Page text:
Just months before the COVID-19 pandemic began in early 2020, the world was obsessed with a distant supergiant star, 700 light-years away known as Betelgeuse. The Monstrous Furnace suddenly darkened, becoming 10 times darker than usual. Some suggested it heralded an explosion, but rumors of the star’s disappearance were greatly exaggerated. It cleared up a few months later.
Several teams set out to try to explain what caused this “Great Dimming” with one team analyzing hundreds of images of the star to reveal that stardust was likely obscuring our view from Earth. In June 2021, they showed that Betelgeuse had probably spewed gas, which then cooled, condensed and darkened the star. Another group suggested that the star was also cooling a bit, and that this variability may also have caused a decrease in brightness. At the very least, it contributed to the formation of the dust cloud.
Mystery solved? Maybe, but there is another unexpected discovery from the Great Dimming.
In a new study, published Monday in the journal Nature, a trio of astronomers detail their own startling discovery: They were able to spot Betelgeuse hidden in the background of images taken by a Japanese weather satellite, Himawari-8. The chance discovery helps confirm some of the previous work revealing the origins of the Great Dimming and points to a new way to explore our cosmic neighborhood that we haven’t explored.
Himawari-8 is, as its name suggests, the eighth version of the Himawari satellite operated by the Japan Meteorological Agency. It operates in geostationary orbit, at a distance of 22,236 miles above the equator. That’s over 90 times further than the International Space Station.
From this position, the satellite captures optical and infrared images of the entire Earth once every 10 minutes, primarily to help forecast weather in Asia and the Western Pacific. For example, he took a ton of footage of the Tongan volcano eruption that happened on January 15. However, looking through images dating back to 2017, the trio of Japanese researchers set off in search of a hint of light that would be Betelgeuse, lurking in space behind our brilliant blue and green marble. They found it.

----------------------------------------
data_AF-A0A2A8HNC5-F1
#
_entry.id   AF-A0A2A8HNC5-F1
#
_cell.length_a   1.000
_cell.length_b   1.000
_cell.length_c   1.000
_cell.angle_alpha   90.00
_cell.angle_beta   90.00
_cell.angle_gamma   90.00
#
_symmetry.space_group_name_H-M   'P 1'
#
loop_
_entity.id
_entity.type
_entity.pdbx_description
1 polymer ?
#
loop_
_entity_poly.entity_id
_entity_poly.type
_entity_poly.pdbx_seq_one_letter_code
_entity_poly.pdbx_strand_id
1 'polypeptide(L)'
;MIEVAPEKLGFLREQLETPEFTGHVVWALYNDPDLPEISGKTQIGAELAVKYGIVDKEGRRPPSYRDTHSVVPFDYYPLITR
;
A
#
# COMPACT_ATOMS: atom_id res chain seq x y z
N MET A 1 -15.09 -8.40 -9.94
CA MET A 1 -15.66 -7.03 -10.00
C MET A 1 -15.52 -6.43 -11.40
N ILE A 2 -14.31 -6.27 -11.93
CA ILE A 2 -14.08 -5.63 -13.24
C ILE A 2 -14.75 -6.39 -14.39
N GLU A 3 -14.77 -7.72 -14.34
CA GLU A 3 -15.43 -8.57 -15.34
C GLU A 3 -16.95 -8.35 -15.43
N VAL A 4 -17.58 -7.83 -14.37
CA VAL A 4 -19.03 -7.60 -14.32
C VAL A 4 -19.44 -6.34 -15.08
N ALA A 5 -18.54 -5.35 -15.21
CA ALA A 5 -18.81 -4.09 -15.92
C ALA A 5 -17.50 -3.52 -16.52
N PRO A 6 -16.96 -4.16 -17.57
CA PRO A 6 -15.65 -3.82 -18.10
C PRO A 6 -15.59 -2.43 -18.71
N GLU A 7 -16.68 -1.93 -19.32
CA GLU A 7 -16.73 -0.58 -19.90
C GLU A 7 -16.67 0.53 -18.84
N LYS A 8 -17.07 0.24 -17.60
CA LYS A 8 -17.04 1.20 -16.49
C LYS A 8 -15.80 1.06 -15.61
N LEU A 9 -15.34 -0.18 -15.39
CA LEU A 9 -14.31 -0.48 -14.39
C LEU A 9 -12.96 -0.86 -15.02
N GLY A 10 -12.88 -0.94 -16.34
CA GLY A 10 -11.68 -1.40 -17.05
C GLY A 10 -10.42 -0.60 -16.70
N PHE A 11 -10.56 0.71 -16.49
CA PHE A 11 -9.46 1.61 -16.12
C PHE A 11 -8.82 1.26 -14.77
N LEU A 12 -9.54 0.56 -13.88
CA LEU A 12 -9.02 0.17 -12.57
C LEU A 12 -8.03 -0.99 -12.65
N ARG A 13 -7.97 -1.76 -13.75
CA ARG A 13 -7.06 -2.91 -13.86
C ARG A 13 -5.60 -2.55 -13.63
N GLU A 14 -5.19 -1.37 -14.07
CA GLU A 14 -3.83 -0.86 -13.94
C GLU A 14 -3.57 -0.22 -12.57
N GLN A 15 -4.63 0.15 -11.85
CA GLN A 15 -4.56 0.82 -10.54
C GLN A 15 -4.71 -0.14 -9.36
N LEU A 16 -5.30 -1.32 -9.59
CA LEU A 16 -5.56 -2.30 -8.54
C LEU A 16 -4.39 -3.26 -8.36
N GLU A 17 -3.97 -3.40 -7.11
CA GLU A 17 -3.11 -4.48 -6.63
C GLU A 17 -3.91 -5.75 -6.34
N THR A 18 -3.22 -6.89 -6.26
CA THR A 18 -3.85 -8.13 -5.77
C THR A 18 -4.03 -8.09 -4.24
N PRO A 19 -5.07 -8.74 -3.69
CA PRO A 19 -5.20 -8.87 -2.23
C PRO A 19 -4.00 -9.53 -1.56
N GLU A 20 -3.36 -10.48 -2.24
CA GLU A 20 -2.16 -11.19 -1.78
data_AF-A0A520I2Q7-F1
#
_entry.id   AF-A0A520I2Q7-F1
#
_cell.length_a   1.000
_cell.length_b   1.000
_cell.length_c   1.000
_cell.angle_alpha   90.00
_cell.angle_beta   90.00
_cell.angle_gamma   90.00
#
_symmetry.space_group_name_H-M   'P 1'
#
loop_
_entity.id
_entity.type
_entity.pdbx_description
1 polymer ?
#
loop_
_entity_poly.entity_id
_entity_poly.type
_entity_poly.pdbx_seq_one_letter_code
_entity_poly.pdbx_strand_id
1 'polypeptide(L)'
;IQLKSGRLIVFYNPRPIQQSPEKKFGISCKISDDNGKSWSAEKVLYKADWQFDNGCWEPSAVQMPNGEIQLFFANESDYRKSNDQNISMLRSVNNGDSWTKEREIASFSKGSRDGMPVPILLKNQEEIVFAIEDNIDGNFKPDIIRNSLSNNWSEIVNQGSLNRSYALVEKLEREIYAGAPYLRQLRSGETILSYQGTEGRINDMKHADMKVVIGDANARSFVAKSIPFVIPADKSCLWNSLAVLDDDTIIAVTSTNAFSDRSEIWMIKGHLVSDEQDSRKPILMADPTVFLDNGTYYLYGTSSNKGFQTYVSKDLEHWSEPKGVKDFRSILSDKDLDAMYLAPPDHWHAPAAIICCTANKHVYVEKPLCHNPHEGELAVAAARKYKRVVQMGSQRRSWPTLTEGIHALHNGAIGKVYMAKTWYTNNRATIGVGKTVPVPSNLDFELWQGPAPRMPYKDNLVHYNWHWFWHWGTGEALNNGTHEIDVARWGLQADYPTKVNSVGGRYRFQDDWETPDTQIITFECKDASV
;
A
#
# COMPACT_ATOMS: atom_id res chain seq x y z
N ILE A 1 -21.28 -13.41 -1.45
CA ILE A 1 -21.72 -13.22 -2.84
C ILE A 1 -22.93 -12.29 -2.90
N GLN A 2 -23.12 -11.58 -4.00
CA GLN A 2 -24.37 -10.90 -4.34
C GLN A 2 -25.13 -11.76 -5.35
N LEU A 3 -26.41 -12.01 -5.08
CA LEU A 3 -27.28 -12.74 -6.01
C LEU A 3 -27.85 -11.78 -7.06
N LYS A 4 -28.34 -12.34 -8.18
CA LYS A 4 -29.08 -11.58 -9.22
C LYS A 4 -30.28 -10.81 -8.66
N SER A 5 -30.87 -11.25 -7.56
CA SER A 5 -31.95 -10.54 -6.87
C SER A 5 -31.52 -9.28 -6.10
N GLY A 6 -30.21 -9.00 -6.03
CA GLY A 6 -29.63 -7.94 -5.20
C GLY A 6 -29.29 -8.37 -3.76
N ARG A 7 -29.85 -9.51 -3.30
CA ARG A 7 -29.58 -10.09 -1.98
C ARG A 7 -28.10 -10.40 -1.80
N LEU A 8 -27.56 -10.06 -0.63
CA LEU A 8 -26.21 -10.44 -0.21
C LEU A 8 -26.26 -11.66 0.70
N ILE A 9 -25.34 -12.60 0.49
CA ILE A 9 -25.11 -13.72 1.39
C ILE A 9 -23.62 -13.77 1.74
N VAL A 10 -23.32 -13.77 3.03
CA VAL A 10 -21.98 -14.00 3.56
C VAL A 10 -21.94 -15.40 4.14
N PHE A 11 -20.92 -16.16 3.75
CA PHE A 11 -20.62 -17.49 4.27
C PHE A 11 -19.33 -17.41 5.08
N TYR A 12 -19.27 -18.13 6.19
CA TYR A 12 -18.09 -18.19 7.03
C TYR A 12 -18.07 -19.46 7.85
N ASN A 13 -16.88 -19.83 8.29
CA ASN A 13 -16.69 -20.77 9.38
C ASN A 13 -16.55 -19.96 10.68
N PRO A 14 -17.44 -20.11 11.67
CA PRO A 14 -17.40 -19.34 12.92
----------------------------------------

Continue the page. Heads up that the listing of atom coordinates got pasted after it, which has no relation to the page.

By studying this spike of light, the researchers came to the same conclusion as their predecessors: Betelgeuse has faded due to dust and some natural variability in its light. It’s not that exciting, but it’s a good confirmation that we’re all on the right track, and that’s exactly what the scientific process is.
What’s intriguing is that a weather satellite was able to provide this data in the first place.
This could be a big problem for astronomers. Building and launching new space telescopes is not a cheap or easy undertaking and you need to reserve a rocket for yourself. But… there are already satellites orbiting Earth that might be able to do similar work.
“Himawari is like a free space telescope!” said Simon Campbell, an astronomer at Monash University in Australia.
Weather satellites like Himawari-8, for example, constantly image Earth and the space around our planet, providing mountains of data to sift through. This is important because astronomers usually have to justify the time spent on telescopes, by carving out blocks for their projects that allow them to control the focus of the telescope.
For example, when Betelgeuse mysteriously darkened, some of the most powerful ground-based telescopes were already reserved to look elsewhere. One, the Very Large Telescope in Chile, gave a team the ability to use its telescope for observations, putting off other projects. But these cases are not always checked.
So, Campbell noted, there’s a great story here about observing space. You could watch Earth imaging satellites in orbit and reuse them to study background stars. Another advantage of this is that they can observe for 24 hours and can see in additional wavelengths of light like infrared, which is blocked by Earth’s atmosphere.
Ultimately, the next time a star threatens to go supernova on us, we might already be watching.